Spicy, tangy, smoky, sweet: catsup with pomegranate molasses

Pomegranate molasses catsup

Pomegranate molasses catsup

We’re going to try something new, here at The Ordinary, and I’m quite excited about it! Allow me to explain… Once there was a website called Square America. I loved this website! It presented found photographs from various eras, arranged into albums. Some of the photographs were remarkably beautiful – snapshots from a time when you couldn’t take a million pictures at once, when you had to wait for the film to develop, and you’d never know what you’d find. I always found it profoundly moving to think that we were allowed a tiny glimpse into the lives of the people in these pictures, and that we’d never know what they were really like, what they were thinking, how their lives would turn out. I’d always thought that if I had some kind of writer’s group, it would be a fun exercise to choose one picture, and see what kind of stories various people would write about it (or haikus or epic poems or essays…) Well, I never actually had a writer’s group, so I never organized anything like this. As it happens, Square America is back on facebook, and the photos are as beautiful and inspiring as ever, so I thought…why not do it here? Why not host a virtual writer’s group at The Ordinary, for anybody that has the time or interest? So that’s what we’re going to try. Snacks will be provided! I’ve chosen a photo for the first story, and I’ve written my (very short) story, and I welcome others to contribute as well. Of course, you can make your own rules. For myself I had a few…keep it short, don’t think about it too much, and try to be respectful, because these were real people, after all. I haven’t completely worked out all of the technical details. If anybody does actually write anything, e-mail it to me and I’ll post it (with mine) after the jump. If you have someplace of your own to post it, give me a link, and I’ll post that here. We’ll see how it goes!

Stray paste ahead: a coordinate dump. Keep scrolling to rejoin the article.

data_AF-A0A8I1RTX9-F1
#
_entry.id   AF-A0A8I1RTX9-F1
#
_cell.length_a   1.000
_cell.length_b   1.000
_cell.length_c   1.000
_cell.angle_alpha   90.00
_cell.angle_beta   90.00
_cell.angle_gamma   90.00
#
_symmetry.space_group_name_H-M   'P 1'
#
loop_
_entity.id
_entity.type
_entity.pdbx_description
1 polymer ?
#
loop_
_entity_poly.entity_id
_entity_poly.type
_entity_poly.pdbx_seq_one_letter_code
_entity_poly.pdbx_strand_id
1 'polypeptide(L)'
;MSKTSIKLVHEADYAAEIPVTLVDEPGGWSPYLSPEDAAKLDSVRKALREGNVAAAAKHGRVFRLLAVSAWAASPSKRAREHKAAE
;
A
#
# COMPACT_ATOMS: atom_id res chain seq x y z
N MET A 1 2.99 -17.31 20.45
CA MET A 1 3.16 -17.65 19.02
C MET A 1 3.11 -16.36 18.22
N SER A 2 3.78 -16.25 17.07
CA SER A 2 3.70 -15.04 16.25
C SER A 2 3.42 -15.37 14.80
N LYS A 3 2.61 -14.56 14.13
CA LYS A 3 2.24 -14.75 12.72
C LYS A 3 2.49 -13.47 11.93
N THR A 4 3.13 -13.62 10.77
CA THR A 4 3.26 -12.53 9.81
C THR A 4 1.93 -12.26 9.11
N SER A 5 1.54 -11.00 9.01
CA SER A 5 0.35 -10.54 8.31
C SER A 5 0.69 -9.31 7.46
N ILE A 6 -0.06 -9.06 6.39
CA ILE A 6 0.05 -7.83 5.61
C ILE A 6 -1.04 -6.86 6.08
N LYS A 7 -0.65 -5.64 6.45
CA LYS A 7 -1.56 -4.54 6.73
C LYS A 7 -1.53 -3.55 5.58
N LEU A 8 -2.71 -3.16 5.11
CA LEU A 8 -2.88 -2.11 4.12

This is the photo I’ve chosen for the first story. Beautiful, right? My story is after the jump!
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Pomegranate molasses catsup

Pomegranate molasses catsup

Hopefully, it will go as well as this catsup! What a nice combination of flavors. Pomegranate molasses is sweet & sour and delicious! As the title says, this catsup was a nicely balanced mix of spicy, tangy, sweet and smoky. It had a nice texture, too, a little jammy. And a lovely deep brick red color. And it was very very quick to make! We ate it with oven-roasted french fries, but you could eat it with anything you eat with catsup. It would be good with croquettes or kofta or pakoras… David even liked it, and he doesn’t like catsup much!!